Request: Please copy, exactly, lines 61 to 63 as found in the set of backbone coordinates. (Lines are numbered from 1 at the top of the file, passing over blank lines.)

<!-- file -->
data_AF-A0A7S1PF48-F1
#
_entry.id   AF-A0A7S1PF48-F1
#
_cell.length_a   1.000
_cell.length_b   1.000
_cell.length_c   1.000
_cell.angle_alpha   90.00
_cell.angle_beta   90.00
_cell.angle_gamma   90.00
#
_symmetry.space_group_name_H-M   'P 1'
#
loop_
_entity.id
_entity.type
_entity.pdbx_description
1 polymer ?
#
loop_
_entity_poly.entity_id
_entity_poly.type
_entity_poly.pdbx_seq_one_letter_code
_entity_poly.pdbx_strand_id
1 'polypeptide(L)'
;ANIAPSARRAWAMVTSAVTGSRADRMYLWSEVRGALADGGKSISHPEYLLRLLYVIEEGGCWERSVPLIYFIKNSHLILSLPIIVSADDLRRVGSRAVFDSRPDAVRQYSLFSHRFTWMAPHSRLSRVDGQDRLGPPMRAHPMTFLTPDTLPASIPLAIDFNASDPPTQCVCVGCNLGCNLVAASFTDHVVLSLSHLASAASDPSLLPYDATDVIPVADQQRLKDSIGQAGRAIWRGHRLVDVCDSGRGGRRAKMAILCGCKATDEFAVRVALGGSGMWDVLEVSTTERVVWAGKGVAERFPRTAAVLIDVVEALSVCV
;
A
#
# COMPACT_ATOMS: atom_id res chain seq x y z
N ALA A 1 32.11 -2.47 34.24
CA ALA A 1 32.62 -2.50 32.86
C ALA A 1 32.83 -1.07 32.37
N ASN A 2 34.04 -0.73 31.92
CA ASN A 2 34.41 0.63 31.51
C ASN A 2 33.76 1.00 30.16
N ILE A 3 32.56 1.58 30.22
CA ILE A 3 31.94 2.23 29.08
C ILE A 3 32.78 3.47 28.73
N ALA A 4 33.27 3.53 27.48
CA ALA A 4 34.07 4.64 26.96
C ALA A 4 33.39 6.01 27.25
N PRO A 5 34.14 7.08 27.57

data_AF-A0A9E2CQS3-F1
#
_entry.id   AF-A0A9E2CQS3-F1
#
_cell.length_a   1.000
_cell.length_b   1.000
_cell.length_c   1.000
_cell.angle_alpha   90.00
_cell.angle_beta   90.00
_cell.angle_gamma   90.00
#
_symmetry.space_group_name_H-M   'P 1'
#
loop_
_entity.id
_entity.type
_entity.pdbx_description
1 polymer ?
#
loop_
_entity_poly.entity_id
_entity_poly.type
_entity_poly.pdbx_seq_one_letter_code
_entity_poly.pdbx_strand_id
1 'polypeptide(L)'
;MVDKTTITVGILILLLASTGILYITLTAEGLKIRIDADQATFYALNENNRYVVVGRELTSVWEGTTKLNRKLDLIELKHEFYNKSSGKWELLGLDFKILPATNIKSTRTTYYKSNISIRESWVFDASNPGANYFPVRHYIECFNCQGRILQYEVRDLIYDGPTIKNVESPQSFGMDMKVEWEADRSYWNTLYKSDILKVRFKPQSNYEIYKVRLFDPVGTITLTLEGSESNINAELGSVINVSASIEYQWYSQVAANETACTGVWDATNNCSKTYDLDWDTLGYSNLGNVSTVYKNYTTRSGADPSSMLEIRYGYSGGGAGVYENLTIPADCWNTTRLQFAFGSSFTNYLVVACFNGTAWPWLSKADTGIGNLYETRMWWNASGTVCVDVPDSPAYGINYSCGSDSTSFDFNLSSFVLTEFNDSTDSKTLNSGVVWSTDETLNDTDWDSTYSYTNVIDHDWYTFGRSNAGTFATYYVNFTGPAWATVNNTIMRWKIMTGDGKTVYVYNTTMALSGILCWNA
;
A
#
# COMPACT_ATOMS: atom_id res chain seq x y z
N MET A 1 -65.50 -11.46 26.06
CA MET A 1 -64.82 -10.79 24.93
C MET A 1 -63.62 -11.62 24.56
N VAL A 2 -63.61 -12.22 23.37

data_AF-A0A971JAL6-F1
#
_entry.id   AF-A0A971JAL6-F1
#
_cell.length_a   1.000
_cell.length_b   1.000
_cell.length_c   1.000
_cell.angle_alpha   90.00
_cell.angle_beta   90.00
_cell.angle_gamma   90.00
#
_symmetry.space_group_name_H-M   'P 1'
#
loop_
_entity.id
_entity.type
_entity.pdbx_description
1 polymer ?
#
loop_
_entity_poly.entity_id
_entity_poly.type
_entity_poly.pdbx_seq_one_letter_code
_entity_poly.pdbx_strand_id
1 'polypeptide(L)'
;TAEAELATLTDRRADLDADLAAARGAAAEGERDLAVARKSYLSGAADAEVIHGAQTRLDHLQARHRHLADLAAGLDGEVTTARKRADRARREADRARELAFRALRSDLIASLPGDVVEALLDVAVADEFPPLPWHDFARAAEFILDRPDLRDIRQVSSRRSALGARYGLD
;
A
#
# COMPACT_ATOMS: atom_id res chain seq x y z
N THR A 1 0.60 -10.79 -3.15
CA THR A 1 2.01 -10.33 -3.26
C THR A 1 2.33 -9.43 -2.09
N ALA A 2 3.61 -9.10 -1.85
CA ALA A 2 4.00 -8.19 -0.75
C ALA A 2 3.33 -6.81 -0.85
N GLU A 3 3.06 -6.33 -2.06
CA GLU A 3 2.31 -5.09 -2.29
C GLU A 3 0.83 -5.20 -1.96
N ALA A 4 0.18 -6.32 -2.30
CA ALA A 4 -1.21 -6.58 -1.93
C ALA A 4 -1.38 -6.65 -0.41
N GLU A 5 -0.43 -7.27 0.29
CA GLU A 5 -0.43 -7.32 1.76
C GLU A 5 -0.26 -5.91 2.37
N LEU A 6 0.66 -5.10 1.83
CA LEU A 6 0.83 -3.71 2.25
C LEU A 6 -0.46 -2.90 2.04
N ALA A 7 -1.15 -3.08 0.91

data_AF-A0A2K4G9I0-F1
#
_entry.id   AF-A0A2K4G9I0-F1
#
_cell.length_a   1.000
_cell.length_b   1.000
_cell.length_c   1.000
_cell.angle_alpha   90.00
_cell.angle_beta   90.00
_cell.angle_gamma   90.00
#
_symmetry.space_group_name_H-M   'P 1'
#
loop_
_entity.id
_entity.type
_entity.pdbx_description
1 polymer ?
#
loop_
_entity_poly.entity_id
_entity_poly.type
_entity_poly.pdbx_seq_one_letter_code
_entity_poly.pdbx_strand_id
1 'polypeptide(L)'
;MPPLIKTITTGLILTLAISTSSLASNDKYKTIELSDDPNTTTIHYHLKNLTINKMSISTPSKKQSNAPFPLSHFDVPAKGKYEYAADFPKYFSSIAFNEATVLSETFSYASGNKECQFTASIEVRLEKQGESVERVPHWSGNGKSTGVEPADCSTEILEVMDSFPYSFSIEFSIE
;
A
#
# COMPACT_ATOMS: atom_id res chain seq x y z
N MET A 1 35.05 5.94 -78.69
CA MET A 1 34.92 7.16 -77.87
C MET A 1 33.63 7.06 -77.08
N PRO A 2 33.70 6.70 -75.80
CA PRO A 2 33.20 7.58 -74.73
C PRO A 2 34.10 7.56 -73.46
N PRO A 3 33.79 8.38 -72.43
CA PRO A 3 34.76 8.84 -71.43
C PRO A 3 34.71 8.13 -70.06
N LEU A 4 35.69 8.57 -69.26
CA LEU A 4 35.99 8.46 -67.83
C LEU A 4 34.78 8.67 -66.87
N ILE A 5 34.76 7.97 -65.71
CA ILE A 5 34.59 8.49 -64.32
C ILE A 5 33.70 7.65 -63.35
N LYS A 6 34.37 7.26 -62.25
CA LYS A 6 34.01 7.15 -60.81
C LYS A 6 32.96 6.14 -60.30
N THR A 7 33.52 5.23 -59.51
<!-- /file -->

1 polymer ?
#
loop_